Your browser is obsolete!

The page may not load correctly.

  • add to favourites
    Add to Bookmarks

Danger in the library

Read: 764 Comments: 15 Rating: 43

Few applications are developed from scratch. Most include code from existing libraries.

A library (in programming) is a collection of subroutines or objects that are used in software development.

Even if an application’s code is free of vulnerabilities, vulnerabilities in common libraries may enable criminals to penetrate a system.

If a developer no longer supports an application and some of that application’s vulnerabilities were never closed, the risk of an infection occurring via those vulnerabilities increases manifold.

Unfortunately, users often underestimate this threat. Meanwhile, one vulnerability in library code can compromise hundreds of applications.

Dr.Web recommends

  • Use only legal copies of software from trusted developers who have been on the market for years and have a solid software development record.
  • Download and install all updates for all the applications you use as soon their respective developers notify you about their availability.
  • Be sure to use the latest version of your anti-virus program, and use it to scan every software distribution file before you start the installation!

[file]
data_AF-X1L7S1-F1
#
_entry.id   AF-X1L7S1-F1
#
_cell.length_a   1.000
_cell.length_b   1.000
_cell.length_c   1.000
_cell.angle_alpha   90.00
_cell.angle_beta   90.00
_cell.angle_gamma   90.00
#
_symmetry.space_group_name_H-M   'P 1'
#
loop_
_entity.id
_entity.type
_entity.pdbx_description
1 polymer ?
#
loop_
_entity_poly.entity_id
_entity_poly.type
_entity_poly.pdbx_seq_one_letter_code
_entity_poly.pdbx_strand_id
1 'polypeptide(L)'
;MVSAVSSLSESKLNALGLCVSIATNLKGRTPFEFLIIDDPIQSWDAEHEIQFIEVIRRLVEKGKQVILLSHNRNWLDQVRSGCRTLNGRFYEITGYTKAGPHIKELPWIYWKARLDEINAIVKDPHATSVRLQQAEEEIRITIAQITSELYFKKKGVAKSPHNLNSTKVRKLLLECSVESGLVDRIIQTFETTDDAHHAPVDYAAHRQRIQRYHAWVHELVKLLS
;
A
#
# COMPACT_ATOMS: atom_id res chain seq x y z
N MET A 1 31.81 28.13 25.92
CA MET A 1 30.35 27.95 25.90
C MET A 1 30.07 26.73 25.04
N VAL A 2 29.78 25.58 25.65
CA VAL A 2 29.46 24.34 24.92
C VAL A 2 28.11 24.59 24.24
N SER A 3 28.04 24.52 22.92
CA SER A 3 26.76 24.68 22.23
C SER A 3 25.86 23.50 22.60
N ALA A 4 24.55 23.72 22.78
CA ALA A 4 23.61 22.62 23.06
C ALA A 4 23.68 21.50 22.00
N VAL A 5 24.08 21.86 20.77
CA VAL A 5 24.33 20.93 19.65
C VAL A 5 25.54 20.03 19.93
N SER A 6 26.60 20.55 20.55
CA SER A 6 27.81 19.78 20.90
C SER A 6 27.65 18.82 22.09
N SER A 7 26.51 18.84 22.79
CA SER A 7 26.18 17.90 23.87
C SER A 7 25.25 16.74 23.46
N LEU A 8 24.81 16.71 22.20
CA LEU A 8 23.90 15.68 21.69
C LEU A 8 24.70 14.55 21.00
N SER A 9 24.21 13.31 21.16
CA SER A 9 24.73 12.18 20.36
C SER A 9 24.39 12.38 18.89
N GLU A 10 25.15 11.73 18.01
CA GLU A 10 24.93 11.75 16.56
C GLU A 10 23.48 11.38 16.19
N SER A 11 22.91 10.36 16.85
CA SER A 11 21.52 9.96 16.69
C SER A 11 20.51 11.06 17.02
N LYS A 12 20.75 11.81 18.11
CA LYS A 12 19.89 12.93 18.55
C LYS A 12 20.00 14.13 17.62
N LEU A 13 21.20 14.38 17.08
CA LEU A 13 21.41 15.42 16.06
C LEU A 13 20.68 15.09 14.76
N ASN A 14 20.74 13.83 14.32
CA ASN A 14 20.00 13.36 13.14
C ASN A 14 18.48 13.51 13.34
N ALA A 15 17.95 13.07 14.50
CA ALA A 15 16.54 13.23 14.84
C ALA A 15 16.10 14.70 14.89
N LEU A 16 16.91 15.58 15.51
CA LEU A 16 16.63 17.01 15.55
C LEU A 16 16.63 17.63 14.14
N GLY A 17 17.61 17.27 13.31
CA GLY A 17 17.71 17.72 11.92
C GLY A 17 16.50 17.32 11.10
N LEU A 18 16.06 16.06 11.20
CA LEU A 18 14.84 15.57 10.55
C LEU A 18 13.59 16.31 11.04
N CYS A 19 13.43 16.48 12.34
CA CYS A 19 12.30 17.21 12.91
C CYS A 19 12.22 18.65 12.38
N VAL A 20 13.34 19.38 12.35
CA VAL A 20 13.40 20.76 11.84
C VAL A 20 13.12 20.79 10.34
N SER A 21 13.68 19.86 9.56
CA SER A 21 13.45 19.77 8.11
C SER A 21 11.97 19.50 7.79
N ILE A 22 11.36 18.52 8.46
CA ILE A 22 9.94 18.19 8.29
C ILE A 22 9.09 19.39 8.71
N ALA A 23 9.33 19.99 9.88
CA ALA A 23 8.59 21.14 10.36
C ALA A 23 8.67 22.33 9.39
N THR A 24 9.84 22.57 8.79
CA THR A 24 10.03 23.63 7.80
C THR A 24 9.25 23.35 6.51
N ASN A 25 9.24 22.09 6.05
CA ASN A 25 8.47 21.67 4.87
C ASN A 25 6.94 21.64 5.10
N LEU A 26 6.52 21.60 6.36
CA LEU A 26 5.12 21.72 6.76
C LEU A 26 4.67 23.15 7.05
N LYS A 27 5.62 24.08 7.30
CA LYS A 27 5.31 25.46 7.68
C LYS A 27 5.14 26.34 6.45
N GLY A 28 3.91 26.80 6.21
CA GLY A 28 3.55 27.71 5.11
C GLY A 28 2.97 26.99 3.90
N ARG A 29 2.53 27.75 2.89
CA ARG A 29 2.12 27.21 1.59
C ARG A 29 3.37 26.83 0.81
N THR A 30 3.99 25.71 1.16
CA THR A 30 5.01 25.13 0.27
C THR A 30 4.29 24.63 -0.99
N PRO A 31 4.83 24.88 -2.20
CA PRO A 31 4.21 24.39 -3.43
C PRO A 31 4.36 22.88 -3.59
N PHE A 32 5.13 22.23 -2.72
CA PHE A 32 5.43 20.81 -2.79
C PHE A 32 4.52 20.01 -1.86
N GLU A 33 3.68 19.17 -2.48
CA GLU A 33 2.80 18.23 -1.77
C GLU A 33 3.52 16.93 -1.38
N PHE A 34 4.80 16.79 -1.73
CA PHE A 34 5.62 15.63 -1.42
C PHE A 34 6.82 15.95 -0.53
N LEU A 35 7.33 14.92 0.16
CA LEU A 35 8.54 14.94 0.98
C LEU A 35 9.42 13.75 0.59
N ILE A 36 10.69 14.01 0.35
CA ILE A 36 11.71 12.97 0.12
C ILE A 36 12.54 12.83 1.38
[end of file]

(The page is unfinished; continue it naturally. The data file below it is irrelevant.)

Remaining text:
Rate this issue and receive Dr.Weblings! (1 vote = 1 Dr.Webling)

Sign in and get 10 Dr.Weblings for sharing the link to this issue via social media.

[Twitter]

Unfortunately, due to Facebook's technical limitations, Dr.Weblings cannot be awarded. However, you can share this link with your friends for free.

Tell us what you think

Leave your comment on the day of publication and get 10 Dr.Weblings, or get 1 Dr.Webling for a comment posted any other day. Comments are published automatically and are reviewed by a moderator. Rules for leaving comments about Doctor Web news items.

To leave a comment, you need to log in under your Doctor Web site account. If you don't have an account yet, you can create one.

Comments